Earl Moran

Earl Moran was a master of pastels, though he showed little if any influence of reigning Brown & Bigelow star Rolf Armstrong, whose domain he encroached upon in the '30s. Prolific Moran, Iowa-born, a Chicago Art Institute attendee, was soon a superstar himself, creating lively, sexy girls whose relationship with the viewer was seldom a teasing one. Unlike Elvgren and others, Moran did not continually re-work one type of situation, and his pin-ups have more variety than any other major contributor to the field.

Moran broke onto the scene with a splash in 1933 by submitting the provocative 'Golden Hours' under contract with Brown and Bigelow. He moved to New York City and lived the fast life, including highly publicized charges of adultery in a bitter divorce. He also used photographs to capture natural, wholesome poses from his models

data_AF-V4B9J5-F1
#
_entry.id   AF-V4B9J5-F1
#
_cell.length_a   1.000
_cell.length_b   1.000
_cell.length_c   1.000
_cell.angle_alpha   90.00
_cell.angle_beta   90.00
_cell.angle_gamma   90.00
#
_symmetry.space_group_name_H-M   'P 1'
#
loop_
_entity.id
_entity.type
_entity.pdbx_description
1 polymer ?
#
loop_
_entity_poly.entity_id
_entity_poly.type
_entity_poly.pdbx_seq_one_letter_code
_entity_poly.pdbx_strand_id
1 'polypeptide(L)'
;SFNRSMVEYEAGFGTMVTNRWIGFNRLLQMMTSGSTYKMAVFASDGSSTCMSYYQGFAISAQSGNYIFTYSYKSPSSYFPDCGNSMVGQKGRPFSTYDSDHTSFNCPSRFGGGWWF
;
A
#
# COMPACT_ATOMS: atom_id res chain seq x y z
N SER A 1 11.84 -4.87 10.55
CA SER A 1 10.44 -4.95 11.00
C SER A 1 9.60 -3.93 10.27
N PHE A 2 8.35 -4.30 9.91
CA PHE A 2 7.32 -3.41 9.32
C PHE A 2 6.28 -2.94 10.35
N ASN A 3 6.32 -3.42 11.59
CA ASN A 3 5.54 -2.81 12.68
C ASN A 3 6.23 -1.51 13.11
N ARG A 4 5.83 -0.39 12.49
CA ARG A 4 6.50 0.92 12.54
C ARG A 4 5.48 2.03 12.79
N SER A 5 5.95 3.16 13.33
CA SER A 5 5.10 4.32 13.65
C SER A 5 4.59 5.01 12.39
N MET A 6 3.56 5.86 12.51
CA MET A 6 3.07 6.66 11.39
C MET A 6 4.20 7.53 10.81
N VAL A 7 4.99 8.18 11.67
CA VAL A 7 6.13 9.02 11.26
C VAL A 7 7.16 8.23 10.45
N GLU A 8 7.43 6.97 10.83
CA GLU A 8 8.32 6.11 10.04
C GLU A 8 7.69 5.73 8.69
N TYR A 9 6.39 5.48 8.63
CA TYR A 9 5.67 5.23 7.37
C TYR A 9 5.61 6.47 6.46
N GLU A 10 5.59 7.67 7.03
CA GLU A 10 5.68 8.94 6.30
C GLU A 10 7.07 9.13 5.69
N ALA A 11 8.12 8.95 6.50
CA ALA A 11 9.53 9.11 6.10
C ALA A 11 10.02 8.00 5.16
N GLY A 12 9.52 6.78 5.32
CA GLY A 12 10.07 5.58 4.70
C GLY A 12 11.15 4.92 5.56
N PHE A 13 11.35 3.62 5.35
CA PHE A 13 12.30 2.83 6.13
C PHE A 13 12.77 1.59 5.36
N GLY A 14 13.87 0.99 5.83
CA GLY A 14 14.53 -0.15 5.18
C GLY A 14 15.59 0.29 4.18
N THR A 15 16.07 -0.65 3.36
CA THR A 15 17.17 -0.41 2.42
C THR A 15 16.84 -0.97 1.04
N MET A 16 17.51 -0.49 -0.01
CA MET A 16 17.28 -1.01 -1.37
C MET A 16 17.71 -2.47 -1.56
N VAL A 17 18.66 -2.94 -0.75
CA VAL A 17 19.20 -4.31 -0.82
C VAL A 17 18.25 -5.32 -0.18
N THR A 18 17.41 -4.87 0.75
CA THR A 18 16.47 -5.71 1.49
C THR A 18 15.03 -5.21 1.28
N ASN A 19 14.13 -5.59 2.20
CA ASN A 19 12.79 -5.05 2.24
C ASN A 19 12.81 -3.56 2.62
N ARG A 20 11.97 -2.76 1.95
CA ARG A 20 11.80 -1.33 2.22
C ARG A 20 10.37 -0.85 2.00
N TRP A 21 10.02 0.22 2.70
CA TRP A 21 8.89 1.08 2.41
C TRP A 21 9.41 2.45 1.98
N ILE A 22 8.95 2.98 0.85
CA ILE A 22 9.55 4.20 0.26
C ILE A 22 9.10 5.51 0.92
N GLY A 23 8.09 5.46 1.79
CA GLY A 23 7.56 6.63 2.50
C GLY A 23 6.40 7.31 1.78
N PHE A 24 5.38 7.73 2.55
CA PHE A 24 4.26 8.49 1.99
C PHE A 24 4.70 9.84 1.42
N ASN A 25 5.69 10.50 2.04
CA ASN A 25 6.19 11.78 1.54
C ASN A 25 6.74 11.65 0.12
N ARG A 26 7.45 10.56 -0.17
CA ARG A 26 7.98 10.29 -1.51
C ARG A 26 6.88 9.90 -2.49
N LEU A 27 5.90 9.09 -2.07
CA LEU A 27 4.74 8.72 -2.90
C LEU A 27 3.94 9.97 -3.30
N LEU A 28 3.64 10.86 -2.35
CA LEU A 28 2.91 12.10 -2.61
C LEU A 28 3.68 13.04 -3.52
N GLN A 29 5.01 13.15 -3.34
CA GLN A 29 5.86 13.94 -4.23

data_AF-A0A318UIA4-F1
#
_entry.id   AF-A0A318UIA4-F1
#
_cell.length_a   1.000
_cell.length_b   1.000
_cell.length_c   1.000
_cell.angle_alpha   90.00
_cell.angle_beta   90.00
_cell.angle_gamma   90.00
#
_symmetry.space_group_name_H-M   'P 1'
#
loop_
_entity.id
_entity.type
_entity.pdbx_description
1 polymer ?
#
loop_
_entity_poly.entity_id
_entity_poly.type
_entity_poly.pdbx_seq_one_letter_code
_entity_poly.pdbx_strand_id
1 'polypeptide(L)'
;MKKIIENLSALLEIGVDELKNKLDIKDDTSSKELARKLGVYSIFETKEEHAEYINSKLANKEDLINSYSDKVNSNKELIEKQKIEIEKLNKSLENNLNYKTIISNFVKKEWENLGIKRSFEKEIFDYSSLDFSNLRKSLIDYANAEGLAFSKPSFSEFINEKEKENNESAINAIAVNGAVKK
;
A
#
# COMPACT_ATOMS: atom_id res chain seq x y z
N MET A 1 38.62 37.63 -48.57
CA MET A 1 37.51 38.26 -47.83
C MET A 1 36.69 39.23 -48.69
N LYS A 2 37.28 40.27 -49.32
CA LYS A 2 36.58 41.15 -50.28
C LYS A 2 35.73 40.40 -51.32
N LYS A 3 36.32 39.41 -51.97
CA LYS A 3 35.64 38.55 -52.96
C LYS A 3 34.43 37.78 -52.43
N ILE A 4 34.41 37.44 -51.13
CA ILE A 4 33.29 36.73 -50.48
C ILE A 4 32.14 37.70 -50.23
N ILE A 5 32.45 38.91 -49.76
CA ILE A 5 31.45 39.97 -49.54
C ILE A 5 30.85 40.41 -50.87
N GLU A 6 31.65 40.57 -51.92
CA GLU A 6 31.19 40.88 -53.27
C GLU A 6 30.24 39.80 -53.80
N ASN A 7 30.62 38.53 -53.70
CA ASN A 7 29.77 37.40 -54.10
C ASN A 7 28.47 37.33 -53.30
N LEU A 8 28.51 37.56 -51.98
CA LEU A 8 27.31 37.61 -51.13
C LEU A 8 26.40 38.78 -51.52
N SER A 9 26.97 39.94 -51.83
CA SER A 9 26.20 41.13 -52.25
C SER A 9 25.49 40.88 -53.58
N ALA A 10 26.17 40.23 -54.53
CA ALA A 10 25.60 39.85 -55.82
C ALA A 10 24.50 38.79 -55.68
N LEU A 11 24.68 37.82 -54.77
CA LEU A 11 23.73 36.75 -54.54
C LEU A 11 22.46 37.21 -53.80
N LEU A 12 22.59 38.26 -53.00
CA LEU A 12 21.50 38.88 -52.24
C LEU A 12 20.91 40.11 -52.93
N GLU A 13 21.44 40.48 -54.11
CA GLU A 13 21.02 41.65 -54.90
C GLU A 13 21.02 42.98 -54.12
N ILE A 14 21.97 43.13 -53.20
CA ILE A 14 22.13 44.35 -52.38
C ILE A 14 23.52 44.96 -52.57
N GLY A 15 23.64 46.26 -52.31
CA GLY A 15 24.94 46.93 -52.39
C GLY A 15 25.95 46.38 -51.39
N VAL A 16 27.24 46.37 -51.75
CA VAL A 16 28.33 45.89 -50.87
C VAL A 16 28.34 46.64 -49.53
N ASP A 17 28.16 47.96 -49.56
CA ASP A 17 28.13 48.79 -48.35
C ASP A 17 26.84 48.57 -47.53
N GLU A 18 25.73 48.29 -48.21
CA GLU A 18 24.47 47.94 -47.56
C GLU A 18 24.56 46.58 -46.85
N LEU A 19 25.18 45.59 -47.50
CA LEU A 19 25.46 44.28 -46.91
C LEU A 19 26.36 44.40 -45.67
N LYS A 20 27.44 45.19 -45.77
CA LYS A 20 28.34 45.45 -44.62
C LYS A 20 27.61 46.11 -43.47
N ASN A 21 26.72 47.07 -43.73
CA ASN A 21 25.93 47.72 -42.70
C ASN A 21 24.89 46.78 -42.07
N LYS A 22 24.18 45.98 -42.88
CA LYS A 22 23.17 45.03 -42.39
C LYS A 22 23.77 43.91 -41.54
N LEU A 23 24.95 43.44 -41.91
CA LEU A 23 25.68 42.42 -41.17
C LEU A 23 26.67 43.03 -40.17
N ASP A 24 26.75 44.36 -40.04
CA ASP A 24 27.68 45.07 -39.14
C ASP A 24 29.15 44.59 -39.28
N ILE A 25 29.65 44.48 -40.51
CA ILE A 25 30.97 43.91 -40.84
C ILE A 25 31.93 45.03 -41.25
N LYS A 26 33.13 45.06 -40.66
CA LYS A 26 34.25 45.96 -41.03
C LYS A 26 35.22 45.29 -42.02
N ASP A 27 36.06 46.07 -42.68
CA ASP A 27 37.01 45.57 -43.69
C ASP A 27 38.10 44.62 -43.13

Breaking in via advertising work for Sears-Roebuck, Moran went on to magazine illustration (Life), movie posters ('Something for the Boys', 1944) and even co-published an early "girlie" magazine, Beauty Parade, contributing covers (sometimes under his middle name non de plume, "Steffa").

His most enduring pin-ups feature his famous late '40s model, Marilyn Monroe. Later he turned to oils, and, working from the late '50s until his death, an outstanding series of sensual nudes.

Read an article by Moran himself!

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